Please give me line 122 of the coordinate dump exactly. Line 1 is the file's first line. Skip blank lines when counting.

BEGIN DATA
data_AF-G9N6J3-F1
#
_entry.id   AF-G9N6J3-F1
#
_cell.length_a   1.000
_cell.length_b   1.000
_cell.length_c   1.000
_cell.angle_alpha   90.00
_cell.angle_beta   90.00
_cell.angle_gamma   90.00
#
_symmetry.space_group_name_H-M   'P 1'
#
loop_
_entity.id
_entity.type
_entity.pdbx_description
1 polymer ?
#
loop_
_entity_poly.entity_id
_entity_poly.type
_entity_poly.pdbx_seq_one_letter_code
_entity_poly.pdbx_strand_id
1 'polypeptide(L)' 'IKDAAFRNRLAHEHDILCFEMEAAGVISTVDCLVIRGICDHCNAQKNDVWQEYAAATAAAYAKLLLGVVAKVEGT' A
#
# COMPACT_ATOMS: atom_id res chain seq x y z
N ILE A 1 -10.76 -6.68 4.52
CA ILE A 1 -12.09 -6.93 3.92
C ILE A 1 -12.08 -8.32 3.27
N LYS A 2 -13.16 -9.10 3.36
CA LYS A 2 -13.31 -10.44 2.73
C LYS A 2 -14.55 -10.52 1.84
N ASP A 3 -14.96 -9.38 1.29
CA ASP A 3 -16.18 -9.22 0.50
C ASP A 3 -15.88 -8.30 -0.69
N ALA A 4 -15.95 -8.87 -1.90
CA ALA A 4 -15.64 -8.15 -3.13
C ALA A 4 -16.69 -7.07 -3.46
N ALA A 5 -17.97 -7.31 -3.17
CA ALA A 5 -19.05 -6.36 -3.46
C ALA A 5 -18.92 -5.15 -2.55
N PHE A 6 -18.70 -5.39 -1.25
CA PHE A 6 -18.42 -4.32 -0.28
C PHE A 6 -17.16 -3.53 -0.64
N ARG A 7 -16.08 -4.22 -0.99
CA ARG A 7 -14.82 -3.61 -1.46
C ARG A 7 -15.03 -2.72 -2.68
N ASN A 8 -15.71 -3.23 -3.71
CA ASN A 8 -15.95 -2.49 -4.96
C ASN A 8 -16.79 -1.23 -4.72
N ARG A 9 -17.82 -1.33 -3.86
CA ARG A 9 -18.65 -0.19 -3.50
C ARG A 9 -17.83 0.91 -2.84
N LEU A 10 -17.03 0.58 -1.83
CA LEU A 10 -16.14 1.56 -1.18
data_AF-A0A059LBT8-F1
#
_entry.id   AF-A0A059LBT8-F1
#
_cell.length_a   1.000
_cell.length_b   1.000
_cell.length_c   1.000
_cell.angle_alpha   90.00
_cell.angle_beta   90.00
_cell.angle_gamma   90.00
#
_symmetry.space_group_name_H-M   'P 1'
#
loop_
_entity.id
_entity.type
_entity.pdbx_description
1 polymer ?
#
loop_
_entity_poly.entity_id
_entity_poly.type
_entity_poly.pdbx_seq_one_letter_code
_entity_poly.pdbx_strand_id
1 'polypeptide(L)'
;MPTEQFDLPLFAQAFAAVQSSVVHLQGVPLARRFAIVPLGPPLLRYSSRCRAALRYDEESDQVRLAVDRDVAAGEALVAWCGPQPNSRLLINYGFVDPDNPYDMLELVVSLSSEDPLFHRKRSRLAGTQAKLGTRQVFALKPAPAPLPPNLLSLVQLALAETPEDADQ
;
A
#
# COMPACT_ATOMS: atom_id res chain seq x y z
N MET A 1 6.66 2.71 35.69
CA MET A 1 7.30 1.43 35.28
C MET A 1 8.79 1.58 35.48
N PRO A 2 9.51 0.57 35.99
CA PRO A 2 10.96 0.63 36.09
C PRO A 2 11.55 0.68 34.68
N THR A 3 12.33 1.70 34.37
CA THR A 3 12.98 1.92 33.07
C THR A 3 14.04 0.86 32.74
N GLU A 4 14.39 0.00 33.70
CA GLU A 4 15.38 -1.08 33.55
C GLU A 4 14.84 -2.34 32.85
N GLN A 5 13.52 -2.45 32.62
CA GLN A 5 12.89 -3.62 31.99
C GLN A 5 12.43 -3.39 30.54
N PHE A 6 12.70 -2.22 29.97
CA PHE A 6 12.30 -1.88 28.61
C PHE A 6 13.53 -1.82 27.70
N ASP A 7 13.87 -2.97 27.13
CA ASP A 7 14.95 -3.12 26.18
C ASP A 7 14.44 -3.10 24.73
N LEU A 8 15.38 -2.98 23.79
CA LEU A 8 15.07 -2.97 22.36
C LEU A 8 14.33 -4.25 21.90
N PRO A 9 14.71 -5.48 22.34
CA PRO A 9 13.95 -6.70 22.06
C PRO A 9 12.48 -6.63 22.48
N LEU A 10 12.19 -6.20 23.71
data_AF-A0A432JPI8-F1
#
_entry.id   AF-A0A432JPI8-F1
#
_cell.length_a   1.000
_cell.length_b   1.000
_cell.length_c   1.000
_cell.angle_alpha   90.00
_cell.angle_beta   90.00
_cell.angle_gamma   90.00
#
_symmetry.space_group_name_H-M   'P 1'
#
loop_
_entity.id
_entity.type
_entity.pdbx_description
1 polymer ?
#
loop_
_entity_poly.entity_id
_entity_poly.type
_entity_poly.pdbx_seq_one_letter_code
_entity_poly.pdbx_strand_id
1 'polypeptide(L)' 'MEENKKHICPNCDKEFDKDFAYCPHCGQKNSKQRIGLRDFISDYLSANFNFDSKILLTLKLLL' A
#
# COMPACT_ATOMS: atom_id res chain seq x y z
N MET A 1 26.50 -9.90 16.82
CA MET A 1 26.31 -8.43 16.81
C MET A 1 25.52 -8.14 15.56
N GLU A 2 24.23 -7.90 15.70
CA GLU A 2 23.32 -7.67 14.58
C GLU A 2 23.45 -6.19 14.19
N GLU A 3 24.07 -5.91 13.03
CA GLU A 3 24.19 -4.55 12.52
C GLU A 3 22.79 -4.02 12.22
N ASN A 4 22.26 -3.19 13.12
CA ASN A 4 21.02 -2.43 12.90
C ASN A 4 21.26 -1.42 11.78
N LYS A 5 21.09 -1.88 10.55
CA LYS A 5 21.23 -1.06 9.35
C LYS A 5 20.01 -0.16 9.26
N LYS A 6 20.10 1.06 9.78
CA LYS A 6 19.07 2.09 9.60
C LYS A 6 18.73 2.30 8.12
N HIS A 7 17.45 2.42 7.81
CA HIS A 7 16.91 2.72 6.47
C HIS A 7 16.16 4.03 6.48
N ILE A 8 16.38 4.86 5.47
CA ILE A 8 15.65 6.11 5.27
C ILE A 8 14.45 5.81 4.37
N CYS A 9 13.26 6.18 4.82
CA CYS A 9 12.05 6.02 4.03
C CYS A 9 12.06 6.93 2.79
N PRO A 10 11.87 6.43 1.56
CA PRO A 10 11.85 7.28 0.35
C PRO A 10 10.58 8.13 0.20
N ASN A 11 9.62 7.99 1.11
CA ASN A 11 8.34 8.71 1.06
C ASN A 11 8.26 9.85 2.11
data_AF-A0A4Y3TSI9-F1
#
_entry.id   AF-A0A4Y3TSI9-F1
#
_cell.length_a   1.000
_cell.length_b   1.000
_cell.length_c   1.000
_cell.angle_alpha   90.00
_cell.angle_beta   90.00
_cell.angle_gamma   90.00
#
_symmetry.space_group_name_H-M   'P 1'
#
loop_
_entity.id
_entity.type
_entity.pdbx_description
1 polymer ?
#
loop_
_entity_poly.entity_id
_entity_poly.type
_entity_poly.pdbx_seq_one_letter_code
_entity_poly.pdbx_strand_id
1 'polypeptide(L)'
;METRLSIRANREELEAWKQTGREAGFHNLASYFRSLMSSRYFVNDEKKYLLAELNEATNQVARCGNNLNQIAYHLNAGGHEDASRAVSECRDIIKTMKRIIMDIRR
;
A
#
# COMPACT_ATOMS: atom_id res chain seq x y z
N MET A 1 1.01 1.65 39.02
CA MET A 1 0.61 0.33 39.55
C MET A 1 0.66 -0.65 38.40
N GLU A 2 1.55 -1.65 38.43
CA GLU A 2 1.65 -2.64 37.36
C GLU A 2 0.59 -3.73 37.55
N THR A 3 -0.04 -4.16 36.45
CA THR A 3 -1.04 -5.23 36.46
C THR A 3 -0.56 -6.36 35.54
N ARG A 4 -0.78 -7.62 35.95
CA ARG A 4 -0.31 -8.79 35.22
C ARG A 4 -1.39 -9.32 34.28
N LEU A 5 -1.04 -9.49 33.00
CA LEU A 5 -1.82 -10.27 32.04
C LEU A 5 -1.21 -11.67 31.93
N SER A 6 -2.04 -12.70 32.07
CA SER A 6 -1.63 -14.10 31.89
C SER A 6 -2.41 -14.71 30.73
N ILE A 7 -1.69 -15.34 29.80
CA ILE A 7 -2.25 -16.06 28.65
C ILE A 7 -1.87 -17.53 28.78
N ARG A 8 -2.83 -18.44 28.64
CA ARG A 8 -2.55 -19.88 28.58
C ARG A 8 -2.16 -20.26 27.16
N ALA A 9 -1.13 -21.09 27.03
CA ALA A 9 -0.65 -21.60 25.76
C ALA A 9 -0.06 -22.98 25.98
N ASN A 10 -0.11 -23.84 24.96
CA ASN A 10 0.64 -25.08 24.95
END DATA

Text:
_cell.angle_alpha   90.00